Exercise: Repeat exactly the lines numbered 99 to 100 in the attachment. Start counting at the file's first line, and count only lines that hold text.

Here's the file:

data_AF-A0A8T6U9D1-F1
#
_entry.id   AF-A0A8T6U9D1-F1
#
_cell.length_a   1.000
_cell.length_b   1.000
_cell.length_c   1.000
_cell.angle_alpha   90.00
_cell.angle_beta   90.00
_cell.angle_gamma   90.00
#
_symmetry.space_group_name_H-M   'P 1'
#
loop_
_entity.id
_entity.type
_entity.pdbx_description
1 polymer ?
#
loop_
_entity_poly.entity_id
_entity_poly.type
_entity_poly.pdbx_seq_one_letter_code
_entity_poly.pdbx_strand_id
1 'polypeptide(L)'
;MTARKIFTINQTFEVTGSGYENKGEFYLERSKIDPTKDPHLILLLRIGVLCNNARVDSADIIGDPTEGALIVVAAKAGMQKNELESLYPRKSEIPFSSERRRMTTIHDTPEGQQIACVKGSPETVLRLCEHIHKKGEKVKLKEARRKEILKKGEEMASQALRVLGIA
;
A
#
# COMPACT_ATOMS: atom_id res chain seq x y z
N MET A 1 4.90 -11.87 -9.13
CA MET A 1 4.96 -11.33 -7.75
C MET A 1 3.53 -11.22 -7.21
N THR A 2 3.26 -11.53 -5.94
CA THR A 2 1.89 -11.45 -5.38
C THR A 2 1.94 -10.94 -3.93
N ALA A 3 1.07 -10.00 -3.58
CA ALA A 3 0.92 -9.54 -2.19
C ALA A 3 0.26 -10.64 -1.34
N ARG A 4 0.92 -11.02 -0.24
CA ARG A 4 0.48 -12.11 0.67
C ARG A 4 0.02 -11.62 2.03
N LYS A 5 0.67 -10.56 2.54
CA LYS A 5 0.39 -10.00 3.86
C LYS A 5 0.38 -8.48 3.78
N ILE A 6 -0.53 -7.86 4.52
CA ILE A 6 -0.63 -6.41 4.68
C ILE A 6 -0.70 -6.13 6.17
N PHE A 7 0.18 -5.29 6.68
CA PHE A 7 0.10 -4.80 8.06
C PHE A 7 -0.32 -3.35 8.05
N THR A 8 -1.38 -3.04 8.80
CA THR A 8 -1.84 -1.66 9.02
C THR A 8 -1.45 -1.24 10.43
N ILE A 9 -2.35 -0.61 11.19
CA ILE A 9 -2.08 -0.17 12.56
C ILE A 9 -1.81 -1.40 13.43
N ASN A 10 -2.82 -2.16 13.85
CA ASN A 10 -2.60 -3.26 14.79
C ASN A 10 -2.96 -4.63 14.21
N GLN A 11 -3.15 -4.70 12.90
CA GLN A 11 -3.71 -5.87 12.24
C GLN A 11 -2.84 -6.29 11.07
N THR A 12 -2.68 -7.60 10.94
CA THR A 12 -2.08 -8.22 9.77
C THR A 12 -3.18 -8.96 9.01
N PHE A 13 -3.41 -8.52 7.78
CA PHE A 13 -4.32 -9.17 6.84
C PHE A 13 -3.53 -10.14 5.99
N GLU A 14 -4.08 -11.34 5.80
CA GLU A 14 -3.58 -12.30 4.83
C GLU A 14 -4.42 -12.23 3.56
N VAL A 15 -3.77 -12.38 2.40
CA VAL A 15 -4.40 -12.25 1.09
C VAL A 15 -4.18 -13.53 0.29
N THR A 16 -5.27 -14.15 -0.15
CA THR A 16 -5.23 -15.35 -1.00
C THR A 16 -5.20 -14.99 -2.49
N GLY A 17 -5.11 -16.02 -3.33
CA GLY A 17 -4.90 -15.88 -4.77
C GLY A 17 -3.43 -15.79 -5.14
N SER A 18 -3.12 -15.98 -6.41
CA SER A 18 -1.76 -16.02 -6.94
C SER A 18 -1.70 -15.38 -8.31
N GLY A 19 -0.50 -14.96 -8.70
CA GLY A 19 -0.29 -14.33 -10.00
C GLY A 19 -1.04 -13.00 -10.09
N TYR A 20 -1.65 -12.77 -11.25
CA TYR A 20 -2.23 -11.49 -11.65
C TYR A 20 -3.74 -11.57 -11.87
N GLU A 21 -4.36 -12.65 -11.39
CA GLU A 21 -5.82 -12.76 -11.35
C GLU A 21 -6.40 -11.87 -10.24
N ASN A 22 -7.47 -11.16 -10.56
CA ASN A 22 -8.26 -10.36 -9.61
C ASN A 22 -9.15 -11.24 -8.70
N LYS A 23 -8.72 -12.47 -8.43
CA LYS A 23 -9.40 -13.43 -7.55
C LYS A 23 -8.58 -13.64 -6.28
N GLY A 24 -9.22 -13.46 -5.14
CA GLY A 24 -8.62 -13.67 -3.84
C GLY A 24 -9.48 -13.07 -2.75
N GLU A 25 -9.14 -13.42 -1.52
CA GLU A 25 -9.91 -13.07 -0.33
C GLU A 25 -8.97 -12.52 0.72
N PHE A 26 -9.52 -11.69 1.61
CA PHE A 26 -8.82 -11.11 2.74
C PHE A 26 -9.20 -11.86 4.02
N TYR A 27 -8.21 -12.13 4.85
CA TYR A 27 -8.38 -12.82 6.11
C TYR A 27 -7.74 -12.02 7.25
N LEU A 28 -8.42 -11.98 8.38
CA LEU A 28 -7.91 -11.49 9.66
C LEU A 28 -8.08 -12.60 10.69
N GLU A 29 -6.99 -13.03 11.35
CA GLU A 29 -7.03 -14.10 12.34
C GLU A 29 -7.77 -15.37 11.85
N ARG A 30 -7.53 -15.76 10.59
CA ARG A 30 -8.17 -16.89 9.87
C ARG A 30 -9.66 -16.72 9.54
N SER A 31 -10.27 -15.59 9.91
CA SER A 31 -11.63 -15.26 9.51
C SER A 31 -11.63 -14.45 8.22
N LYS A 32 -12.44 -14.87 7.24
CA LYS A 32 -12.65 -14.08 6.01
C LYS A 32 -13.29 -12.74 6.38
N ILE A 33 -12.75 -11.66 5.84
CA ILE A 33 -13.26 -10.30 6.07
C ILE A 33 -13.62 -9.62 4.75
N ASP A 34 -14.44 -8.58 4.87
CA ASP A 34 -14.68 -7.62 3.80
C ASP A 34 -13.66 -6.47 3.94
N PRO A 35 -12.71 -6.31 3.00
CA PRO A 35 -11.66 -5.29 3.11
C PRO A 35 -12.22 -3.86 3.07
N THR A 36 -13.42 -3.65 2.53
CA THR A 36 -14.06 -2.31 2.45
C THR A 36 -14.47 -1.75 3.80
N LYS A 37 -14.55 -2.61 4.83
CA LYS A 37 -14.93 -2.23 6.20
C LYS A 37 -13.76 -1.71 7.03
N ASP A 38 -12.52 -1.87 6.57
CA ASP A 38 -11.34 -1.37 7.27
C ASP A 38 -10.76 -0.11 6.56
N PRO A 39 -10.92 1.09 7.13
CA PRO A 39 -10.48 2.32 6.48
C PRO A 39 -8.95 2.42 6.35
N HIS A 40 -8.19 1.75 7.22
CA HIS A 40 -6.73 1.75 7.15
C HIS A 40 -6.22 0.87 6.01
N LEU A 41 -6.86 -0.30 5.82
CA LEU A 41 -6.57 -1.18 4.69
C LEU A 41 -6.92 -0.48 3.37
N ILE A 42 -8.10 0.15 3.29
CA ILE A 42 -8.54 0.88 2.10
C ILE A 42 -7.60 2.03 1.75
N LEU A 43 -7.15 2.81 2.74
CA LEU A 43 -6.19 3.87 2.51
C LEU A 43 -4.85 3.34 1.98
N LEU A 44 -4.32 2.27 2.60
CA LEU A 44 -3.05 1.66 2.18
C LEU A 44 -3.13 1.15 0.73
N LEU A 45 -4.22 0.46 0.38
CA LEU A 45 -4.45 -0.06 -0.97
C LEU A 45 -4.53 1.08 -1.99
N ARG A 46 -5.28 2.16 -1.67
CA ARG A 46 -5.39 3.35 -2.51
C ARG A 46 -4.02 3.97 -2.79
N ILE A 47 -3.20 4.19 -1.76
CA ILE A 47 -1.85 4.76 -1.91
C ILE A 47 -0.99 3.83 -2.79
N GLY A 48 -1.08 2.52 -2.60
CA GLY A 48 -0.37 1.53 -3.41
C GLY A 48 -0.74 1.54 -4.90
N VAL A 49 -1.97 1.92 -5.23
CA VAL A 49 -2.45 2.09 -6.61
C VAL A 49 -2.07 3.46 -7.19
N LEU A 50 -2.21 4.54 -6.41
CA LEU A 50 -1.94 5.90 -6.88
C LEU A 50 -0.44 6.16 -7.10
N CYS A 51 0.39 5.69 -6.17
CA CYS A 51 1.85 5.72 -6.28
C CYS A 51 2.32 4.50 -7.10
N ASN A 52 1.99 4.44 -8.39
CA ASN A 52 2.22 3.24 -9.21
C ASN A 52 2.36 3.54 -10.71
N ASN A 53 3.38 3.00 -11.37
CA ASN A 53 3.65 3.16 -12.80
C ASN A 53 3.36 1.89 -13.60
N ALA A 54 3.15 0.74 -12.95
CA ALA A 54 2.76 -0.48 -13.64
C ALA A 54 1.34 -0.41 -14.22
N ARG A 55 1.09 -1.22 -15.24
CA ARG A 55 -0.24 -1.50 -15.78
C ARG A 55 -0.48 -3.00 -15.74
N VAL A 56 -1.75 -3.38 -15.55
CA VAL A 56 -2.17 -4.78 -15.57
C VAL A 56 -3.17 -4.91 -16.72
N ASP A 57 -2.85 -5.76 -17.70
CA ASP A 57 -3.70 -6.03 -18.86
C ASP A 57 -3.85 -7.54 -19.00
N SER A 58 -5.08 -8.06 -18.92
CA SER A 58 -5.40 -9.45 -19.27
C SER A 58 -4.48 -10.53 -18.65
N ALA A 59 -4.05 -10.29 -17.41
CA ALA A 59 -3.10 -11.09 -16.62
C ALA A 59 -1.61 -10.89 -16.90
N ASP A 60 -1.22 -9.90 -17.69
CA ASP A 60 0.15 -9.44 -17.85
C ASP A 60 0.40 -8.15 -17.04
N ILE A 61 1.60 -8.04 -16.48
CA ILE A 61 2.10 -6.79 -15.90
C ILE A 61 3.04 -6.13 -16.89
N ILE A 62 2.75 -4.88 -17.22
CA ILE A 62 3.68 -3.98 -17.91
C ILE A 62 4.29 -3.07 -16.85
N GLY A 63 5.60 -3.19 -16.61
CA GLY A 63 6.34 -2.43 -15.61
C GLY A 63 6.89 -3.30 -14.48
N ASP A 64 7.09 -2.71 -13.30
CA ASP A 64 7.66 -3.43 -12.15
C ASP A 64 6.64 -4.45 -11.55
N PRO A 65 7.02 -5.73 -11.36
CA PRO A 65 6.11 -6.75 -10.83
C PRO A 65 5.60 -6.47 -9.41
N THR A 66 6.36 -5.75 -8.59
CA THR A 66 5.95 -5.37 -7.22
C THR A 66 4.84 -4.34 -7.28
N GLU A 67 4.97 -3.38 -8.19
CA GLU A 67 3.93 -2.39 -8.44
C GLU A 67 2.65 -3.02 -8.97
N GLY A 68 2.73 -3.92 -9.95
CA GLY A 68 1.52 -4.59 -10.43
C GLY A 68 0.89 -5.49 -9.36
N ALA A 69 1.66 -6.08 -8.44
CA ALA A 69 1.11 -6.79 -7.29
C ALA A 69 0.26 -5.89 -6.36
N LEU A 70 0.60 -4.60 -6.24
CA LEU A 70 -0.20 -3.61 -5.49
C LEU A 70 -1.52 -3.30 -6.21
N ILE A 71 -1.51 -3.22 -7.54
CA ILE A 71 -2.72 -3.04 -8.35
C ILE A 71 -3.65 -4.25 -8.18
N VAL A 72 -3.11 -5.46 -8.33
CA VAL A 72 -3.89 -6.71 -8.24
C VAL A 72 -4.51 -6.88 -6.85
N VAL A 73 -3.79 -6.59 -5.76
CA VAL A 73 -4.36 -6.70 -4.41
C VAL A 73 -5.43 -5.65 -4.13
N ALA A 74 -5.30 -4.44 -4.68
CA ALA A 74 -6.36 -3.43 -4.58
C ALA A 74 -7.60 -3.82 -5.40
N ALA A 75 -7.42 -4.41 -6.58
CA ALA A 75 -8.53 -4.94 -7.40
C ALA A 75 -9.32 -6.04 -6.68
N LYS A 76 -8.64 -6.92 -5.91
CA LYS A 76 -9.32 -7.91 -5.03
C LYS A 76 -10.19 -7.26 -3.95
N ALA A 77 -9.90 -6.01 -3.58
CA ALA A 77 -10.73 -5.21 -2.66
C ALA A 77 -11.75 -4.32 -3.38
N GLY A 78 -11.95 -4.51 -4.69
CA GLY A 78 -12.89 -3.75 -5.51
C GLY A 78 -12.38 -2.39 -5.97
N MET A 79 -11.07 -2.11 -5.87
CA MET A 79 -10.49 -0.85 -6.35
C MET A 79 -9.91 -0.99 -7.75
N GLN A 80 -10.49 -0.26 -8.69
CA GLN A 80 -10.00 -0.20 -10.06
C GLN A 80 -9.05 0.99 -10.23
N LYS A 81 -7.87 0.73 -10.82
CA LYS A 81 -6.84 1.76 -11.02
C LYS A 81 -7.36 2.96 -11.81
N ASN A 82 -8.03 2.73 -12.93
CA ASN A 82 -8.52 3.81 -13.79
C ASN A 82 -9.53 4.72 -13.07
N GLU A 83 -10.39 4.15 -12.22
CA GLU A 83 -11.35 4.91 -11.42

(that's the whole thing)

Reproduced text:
C LYS A 23 -8.58 -13.64 -6.28
N GLY A 24 -9.22 -13.46 -5.14